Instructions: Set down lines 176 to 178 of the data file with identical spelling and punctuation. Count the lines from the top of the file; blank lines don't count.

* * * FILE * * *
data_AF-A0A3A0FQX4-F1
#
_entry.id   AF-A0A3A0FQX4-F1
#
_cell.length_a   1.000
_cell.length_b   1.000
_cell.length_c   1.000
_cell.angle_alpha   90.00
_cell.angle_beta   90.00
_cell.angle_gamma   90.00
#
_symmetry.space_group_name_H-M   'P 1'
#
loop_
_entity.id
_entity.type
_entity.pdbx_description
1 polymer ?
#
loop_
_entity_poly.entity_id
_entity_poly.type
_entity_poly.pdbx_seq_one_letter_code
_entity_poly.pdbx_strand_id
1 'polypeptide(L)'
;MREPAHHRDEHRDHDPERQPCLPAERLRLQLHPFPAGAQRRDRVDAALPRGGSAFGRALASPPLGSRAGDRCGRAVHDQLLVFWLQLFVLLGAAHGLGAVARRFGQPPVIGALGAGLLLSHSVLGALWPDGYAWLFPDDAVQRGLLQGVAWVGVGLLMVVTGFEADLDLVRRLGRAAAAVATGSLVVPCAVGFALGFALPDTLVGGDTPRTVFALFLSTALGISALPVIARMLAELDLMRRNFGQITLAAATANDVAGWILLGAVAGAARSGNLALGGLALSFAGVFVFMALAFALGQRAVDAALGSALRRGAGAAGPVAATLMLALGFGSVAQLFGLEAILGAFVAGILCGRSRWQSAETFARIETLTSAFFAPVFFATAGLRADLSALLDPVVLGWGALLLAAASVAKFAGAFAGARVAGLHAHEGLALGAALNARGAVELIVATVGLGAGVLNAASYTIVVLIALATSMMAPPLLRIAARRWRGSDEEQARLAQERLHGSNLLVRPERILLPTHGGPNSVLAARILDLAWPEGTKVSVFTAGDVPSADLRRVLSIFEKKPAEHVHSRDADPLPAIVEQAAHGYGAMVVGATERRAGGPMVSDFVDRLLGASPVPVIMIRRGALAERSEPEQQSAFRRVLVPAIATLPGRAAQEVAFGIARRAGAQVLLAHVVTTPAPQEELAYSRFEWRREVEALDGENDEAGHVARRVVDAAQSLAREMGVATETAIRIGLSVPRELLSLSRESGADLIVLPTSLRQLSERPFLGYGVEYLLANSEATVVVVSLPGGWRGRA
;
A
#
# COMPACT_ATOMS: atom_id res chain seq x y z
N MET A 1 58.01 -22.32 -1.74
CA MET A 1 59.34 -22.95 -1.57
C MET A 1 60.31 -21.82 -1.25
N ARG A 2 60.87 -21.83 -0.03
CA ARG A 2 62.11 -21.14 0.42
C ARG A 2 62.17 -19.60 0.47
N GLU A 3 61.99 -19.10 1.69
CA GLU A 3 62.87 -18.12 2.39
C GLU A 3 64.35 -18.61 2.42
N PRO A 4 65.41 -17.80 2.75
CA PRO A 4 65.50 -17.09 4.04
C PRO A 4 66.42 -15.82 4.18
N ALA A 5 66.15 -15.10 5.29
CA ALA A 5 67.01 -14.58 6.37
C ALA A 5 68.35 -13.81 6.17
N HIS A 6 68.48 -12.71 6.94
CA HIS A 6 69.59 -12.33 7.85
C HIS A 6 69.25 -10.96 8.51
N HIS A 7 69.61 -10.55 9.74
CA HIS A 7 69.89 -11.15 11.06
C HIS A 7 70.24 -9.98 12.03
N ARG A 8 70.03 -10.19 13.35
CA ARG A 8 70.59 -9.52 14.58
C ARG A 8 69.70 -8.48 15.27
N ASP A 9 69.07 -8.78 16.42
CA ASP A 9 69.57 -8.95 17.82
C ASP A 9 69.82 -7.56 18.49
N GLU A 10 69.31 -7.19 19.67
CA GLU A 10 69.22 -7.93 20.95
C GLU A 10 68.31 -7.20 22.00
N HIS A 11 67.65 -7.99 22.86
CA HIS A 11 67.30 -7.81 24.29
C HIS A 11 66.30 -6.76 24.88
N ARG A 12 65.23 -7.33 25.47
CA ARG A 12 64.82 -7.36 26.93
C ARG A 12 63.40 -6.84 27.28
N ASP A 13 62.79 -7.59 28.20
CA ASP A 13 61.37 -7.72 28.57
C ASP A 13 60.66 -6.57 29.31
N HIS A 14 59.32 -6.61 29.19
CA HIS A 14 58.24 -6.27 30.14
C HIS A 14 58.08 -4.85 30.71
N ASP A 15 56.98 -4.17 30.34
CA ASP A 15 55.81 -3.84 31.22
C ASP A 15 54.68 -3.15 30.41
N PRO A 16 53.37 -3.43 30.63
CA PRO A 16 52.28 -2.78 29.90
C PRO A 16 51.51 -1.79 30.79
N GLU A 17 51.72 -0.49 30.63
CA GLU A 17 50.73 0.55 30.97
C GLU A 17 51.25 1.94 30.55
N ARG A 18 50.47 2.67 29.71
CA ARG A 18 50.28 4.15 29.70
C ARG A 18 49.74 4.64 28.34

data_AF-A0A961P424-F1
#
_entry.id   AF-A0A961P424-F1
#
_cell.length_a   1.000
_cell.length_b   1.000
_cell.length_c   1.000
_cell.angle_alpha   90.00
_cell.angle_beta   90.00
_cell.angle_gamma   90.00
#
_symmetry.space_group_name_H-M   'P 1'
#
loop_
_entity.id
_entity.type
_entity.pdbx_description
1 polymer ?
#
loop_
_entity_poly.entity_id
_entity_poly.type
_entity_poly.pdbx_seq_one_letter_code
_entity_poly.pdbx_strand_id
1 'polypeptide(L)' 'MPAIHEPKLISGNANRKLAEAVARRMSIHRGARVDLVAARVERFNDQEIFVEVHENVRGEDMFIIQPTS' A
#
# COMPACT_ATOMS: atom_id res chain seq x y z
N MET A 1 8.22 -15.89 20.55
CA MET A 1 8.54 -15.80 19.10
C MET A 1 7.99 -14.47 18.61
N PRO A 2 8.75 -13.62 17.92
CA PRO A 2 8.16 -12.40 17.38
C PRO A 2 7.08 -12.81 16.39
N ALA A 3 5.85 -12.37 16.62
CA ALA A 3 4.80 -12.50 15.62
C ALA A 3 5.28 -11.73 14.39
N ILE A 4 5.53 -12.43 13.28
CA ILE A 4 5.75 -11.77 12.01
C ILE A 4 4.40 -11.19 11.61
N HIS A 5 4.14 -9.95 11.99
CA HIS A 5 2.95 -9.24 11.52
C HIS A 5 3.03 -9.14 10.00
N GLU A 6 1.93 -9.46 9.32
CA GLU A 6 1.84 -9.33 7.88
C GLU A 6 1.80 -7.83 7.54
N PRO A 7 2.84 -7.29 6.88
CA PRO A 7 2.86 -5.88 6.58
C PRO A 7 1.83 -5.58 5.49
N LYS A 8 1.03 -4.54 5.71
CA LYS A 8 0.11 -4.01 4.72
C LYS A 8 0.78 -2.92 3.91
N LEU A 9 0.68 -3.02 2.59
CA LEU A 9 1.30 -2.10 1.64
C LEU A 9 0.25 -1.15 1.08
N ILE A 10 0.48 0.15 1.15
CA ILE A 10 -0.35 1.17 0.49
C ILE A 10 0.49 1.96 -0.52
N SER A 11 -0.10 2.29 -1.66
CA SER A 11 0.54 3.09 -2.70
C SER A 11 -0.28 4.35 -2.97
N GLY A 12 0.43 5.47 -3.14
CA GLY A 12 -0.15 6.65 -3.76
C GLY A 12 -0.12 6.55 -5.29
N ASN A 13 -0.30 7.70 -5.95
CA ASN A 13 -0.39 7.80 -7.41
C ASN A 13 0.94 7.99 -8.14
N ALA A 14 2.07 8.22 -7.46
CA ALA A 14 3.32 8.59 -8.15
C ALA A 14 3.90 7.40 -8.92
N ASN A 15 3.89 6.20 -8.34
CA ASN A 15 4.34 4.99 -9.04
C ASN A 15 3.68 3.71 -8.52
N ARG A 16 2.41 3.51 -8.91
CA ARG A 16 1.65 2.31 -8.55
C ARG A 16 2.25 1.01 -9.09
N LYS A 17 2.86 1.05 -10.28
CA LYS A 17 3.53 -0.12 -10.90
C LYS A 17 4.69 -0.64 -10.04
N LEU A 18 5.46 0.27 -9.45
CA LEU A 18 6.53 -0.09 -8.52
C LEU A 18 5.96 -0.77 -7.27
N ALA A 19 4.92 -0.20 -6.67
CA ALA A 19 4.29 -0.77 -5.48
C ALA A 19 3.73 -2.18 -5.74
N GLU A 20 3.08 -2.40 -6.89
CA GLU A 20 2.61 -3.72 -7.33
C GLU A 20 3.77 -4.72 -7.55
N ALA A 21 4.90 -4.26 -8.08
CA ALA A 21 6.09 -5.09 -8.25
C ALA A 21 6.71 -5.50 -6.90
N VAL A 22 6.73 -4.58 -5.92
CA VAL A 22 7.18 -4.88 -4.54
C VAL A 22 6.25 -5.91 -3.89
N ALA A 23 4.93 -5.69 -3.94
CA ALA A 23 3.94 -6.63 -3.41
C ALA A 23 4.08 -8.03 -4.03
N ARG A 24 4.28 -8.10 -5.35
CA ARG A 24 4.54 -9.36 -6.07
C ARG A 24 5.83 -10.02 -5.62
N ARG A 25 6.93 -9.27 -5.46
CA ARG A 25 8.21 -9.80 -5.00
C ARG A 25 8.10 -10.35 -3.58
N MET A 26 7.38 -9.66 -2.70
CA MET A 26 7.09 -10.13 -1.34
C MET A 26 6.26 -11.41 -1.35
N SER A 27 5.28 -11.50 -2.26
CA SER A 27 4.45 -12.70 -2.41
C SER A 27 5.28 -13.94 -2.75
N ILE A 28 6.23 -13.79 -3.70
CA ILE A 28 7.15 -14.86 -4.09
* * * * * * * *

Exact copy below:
CA VAL A 22 7.18 -4.88 -4.54
C VAL A 22 6.25 -5.91 -3.89
N ALA A 23 4.93 -5.69 -3.94